An early videodisc that used reflected laser beam to playback audio and video signals to a television. Optical disk technology was patented in 1961 but Laserdiscs did not reach the market until 1978. They were made from thin circular plates of metal, glass, or polycarbonate with a reflective metallic surface. They varied in size form 4.7 to 11.8 inches in diameter. The signal was recorded as a sequence of holes. The laserdisc reader used a laser to scan the patterns then translated the variations in light intensity into video and audio signals. Laserdiscs were superseded in 1995 by the introduction of digital videodiscs (DVD).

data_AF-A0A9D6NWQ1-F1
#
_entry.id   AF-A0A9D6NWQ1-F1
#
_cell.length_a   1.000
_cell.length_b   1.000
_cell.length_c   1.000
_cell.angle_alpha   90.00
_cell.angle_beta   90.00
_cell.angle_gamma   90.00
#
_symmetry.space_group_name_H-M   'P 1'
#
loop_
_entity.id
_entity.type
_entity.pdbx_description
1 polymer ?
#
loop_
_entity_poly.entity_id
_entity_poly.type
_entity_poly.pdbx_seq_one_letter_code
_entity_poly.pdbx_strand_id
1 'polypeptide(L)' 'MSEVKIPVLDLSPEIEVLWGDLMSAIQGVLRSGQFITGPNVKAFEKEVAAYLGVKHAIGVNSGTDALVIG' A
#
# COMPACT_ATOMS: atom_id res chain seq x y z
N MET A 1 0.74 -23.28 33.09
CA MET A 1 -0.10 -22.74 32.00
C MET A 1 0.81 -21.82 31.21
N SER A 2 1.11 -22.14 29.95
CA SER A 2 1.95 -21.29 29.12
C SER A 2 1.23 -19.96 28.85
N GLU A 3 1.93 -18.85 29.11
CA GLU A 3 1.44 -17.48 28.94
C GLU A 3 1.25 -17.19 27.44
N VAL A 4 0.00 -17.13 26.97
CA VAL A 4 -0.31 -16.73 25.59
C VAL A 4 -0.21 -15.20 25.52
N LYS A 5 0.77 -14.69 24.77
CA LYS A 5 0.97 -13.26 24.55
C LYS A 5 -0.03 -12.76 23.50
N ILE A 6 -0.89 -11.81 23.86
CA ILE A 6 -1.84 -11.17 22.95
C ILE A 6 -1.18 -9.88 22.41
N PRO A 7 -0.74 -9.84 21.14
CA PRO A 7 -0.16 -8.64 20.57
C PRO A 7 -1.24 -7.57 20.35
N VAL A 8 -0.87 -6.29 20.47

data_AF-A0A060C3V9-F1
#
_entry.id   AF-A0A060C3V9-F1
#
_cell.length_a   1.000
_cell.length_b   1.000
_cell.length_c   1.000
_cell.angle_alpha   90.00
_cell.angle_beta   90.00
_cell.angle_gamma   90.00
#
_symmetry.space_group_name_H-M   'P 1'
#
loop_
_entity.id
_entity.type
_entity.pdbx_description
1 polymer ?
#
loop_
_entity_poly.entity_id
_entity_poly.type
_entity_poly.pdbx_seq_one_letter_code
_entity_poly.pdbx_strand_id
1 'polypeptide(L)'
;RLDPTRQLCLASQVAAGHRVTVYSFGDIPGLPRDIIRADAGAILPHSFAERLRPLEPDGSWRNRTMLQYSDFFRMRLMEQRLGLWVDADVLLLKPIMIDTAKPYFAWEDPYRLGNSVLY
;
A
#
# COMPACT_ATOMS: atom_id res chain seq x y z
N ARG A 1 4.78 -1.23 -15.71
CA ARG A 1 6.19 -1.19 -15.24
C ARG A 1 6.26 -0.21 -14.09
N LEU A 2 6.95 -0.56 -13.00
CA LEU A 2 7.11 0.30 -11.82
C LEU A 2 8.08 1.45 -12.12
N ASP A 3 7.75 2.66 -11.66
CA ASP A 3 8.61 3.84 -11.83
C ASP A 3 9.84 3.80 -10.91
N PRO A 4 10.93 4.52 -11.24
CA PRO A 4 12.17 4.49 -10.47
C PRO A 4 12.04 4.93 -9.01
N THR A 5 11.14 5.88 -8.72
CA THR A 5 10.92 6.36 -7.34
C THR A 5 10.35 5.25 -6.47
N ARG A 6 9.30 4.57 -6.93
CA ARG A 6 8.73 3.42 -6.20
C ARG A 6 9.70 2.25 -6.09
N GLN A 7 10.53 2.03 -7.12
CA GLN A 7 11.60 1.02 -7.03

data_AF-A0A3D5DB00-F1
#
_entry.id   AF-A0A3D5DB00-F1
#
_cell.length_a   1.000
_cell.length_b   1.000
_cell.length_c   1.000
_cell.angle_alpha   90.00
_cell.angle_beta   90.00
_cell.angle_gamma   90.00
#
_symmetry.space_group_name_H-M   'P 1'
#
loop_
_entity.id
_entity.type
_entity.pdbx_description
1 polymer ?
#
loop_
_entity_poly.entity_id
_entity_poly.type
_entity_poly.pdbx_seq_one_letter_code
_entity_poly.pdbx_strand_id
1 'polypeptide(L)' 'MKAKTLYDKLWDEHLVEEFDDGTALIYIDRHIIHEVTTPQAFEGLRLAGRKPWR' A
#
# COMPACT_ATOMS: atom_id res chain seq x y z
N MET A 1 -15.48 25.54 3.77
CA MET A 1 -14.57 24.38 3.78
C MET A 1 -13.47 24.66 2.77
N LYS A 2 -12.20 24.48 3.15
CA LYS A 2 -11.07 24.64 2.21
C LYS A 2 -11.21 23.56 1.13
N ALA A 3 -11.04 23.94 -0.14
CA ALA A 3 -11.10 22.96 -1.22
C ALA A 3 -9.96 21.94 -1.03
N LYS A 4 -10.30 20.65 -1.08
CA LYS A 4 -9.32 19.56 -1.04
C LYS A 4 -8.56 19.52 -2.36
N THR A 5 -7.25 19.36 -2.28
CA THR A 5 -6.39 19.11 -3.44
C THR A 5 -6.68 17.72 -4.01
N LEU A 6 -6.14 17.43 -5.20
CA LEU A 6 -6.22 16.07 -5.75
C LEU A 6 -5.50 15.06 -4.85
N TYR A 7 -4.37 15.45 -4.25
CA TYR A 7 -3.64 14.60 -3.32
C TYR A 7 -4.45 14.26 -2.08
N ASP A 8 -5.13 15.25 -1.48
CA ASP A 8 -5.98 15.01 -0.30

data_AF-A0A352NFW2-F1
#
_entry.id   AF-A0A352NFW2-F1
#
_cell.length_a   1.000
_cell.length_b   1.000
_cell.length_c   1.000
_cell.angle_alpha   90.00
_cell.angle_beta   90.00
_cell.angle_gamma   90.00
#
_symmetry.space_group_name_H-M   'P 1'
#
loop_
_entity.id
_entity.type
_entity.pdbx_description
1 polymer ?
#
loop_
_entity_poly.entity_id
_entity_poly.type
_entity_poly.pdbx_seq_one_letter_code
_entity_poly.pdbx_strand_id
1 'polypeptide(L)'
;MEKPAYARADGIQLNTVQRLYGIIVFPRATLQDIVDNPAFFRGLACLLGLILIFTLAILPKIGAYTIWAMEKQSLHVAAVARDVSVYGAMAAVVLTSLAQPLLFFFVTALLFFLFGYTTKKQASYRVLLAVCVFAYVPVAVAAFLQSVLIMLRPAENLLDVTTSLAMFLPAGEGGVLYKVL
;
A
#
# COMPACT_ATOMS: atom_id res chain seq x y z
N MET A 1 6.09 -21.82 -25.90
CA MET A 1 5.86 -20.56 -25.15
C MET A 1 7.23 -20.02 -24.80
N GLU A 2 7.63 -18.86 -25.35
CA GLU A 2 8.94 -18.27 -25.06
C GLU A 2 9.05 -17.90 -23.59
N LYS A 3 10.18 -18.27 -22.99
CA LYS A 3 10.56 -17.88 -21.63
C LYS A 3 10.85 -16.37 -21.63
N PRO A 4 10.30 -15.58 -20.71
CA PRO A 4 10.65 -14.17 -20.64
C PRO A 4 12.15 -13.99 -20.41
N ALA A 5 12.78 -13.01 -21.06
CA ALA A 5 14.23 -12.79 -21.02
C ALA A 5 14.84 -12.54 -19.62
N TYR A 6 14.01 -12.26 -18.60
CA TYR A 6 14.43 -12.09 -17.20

Synonyms and Related Terms
laser disc; laser disk; optical disc; Reflective Optical Videodisc System (initial name); Disco-Vision (2nd name; 1969); DiscoVision (3rd name, 1978, first product marketed); LaserDisc (4th name, 1981); Laserdisc (revised produce name and later common name)
Sources Checked for Data in Record
- Encyclopedia Britannica, http://www.britannica.com Comment: "laserdisc" Encyclopædia Britannica Premium Service. [Accessed 25 Jan. 2006].
- Wikipedia, the free encyclopedia, at http://www.wikipedia.com Comment: http://en.wikipedia.org/wiki/Laserdisc (Accessed Feb. 2, 2006)
- The American Heritage Dictionary or Encarta, via Microsoft Bookshelf 98, Microsoft Corp., 1998